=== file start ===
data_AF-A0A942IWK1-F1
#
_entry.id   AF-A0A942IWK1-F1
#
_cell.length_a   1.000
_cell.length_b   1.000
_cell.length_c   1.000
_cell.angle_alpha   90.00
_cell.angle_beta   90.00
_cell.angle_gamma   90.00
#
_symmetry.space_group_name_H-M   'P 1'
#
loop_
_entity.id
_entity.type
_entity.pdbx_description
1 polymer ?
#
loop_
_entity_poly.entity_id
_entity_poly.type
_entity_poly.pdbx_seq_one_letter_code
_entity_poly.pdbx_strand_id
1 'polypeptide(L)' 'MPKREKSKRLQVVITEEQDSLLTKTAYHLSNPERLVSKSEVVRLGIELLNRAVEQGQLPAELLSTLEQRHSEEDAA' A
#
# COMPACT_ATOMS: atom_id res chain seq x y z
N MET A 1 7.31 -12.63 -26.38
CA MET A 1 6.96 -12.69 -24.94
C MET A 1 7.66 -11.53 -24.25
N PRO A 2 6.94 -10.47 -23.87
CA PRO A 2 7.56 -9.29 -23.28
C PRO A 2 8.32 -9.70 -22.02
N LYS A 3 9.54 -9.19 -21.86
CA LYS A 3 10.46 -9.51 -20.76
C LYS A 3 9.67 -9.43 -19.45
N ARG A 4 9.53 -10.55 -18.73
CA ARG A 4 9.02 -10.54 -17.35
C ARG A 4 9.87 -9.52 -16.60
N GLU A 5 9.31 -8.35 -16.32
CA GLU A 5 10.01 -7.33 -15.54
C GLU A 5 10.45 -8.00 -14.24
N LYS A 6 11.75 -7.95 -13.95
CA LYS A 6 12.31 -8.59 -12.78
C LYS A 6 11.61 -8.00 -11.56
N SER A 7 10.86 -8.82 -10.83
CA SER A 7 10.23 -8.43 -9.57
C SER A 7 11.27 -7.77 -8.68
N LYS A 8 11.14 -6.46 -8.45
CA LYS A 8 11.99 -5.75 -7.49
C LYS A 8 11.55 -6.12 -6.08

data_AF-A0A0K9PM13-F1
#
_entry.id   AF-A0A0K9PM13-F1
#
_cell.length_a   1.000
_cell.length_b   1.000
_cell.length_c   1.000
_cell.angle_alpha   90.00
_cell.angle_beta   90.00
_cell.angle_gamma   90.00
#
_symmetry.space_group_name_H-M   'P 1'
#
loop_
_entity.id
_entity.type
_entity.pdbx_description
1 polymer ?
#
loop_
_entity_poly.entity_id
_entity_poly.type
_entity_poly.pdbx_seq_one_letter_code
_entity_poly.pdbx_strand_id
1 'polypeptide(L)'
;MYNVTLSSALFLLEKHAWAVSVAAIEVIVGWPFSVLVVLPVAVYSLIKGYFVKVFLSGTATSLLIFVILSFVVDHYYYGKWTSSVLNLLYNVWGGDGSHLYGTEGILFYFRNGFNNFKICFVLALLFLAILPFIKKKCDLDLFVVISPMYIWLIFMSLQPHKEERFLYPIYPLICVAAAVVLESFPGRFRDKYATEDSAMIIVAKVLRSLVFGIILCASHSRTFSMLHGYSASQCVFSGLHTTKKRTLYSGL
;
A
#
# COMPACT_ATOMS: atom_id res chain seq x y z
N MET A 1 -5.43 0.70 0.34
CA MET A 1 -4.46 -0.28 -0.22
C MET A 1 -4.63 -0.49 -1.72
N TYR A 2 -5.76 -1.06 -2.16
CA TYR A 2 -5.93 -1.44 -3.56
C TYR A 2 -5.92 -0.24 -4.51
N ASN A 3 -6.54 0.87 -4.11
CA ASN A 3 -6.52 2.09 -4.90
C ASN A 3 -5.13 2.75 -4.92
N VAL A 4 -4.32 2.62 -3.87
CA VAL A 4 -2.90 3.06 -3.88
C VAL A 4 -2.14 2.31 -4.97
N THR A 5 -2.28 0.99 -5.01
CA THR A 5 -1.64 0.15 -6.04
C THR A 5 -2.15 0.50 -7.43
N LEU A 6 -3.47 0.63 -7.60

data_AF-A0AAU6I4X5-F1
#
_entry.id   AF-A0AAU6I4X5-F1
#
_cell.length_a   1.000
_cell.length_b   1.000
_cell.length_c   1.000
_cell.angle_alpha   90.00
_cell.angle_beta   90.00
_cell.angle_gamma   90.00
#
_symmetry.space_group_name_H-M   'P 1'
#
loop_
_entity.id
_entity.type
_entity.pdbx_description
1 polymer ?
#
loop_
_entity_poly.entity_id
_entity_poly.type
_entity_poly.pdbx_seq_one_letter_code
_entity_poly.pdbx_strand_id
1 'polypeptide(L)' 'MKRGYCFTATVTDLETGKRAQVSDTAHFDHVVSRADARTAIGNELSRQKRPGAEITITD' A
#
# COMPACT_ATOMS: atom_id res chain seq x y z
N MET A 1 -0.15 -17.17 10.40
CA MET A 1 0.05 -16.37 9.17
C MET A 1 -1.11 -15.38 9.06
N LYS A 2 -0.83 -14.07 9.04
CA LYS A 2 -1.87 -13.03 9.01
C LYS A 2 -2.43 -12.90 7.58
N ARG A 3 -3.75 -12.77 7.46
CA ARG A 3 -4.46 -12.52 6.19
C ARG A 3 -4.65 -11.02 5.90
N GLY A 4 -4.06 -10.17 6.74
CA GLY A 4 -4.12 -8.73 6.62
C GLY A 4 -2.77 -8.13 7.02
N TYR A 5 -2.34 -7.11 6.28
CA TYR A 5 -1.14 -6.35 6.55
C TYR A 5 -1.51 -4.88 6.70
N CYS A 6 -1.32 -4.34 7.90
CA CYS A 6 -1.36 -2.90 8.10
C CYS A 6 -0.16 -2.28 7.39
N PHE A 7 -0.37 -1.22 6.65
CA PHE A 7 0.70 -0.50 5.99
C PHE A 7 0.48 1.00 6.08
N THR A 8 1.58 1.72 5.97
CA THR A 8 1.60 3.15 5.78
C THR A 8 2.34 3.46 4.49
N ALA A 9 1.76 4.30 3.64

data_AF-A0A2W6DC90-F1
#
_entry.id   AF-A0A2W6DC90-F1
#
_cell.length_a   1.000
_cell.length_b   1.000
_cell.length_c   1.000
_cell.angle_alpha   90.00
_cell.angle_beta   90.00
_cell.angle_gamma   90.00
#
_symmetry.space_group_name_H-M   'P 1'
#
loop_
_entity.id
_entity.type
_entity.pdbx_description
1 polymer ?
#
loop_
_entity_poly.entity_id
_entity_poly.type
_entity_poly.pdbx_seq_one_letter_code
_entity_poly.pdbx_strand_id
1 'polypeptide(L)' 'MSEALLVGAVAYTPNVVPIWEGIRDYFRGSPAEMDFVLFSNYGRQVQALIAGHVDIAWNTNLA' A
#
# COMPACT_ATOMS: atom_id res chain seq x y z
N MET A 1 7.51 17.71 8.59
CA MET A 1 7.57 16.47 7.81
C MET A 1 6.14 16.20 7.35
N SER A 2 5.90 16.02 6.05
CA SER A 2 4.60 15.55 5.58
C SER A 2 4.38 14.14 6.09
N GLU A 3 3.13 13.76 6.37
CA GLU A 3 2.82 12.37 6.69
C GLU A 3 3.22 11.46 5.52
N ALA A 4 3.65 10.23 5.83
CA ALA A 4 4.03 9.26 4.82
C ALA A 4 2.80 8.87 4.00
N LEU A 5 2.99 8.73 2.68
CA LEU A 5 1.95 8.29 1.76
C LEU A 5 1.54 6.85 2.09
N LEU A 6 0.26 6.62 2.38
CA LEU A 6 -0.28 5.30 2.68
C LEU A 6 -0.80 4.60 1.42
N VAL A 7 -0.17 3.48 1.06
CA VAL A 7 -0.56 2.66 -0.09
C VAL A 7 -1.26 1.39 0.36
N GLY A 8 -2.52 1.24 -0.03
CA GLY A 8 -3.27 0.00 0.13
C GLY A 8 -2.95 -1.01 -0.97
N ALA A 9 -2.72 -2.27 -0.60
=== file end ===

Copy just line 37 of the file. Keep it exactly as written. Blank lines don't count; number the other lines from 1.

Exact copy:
N ARG A 4 9.53 -10.55 -18.73